On April 29, 2015, the US Securities and Exchange Commission (SEC) proposed new rules to enhance its oversight of non-US firms’ security-based swap activity in the United States. The proposal, if adopted, will have important implications for any global derivatives business.
Under the proposed rules, security-based swap transactions between two non-US person counterparties that involve market-facing dealer activity conducted by personnel located in the United States would be subject to certain requirements under Title VII of the Dodd-Frank Act. The new proposal is less expansive than the original proposal in that it appears to construe the “arranging, negotiating, or executing” of a non-US transaction more narrowly than originally proposed. It also would not subject these transactions to clearing and exchange-trading mandates. At the same time, however, these transactions would be included in the de minimis threshold, subject to reporting and dissemination requirements, and, if the non-US firm is a registered security-based swap dealer, subject to the external business conduct standards in Title VII.
Dodd-Frank tasked the SEC with regulatory authority over security-based swaps and the Commodity Futures Trading Commission (CFTC) with authority over all other swaps. Both the SEC and the CFTC have considered when Title VII should apply to cross-border transactions. In June 2014, the SEC adopted final rules related to the cross-border application of the security-based swap provisions under Title VII. Those final rules focus on the definition of “US person” and the definitions of “security-based swap dealer” and “major security-based swap participant” in the cross-border context. However, in adopting those rules the SEC deferred consideration of whether Title VII applies to a security-based swap transaction between two non-US person counterparties where the security-based swap is arranged, negotiated or executed by personnel of one or both counterparties located in the United States.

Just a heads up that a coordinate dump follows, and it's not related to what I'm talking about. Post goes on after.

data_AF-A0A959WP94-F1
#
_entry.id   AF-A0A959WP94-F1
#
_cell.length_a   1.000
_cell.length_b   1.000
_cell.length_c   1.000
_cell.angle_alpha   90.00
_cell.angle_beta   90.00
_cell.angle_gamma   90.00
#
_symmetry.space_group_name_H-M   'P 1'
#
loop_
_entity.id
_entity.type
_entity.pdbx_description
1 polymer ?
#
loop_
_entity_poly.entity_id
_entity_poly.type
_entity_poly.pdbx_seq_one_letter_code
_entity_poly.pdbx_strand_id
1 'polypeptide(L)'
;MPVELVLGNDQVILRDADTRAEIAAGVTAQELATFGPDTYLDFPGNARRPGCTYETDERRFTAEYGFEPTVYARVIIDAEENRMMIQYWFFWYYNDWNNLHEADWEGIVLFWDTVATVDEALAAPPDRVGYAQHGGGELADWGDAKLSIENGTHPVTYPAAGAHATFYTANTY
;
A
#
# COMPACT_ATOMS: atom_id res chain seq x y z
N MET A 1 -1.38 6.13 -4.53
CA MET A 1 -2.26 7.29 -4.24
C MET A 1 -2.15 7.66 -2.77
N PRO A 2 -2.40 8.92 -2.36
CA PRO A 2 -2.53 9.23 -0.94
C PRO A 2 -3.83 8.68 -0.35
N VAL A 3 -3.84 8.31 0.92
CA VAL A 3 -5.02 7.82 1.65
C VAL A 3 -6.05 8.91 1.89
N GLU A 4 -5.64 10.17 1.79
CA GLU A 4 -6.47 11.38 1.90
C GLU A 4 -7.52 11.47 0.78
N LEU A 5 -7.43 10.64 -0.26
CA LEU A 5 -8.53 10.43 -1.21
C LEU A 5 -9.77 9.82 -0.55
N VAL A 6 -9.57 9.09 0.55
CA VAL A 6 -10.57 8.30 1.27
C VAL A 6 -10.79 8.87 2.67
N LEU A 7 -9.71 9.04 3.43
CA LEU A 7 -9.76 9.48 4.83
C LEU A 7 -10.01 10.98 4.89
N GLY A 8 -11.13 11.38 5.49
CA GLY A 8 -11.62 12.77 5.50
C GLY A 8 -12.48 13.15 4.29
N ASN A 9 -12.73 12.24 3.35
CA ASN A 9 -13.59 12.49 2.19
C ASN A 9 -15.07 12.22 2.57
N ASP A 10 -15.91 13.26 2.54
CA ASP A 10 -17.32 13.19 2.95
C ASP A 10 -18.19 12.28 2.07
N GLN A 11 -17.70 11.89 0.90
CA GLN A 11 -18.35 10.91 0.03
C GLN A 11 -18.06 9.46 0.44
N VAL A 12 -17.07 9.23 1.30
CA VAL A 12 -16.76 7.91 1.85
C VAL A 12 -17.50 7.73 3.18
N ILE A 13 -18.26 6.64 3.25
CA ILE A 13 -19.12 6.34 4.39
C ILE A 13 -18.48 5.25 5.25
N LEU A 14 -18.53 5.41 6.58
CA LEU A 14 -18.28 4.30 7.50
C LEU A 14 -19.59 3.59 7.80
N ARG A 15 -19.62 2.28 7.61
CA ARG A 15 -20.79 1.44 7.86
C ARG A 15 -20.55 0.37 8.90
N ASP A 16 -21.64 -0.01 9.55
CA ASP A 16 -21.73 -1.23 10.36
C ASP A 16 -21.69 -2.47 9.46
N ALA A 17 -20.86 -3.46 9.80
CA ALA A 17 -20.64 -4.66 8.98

The newly proposed SEC rules now seek to address this question. Under the new proposal, the application of Title VII centers on the market-facing dealing activity of personnel of a non-US person or its agent that are located in the United States. If a non-US person uses personnel located in a US branch or office to arrange, negotiate or execute a security-based swap transaction, certain Title VII requirements would apply to the transaction, even where the other counterparty is also a non-US person. These transactions would be subject to both trade reporting and public dissemination requirements. In addition, they would be included in the de minimis threshold calculations to determine whether non-US persons are subject to the SEC’s security-based swap dealer registration requirements and oversight. However, these transactions would not be subject to mandatory clearing or trade execution. Additionally, if the non-US firm is a registered security-based swap dealer, the external business conduct standards in Title VII would apply to such dealing activity by personnel in the United States. The SEC expressed the view that this approach would strike an appropriate balance between enhanced regulatory oversight, market transparency and investor protection for dealer activity within the United States and recognition that the risks in a transaction between non-US counterparties reside offshore.
The SEC noted that its proposed rule followed extensive discussion with the CFTC and emphasized the need for consistency and the goal of coordinated rules where appropriate. However, the SEC also warned that the markets regulated by the SEC and CFTC often display different characteristics that may warrant different approaches in the agencies’ respective rules. The SEC stressed that it would continue to coordinate with the CFTC, which has published interpretive guidance and a policy statement, rather than a formal rulemaking, regarding the cross-border reach of the swaps provisions of Title VII. Subsequent to the CFTC guidance, CFTC staff issued an advisory taking the position that swaps between a non-US swap dealer and other non-US person would be subject to all transaction-based regulatory requirements if personnel located in the United States regularly arranged, negotiated or executed the swaps on behalf of the non-US swap dealer. In January 2014, the CFTC requested comments regarding whether it should formally adopt the staff advisory. Later that year, the CFTC extended no-action relief to non-US swap dealers from certain transaction-level requirements through September 2015.
In light of the soon-to-expire no-action relief, the CFTC may take this opportunity to address the issue in a manner that harmonizes its approach with the SEC action taken on Wednesday.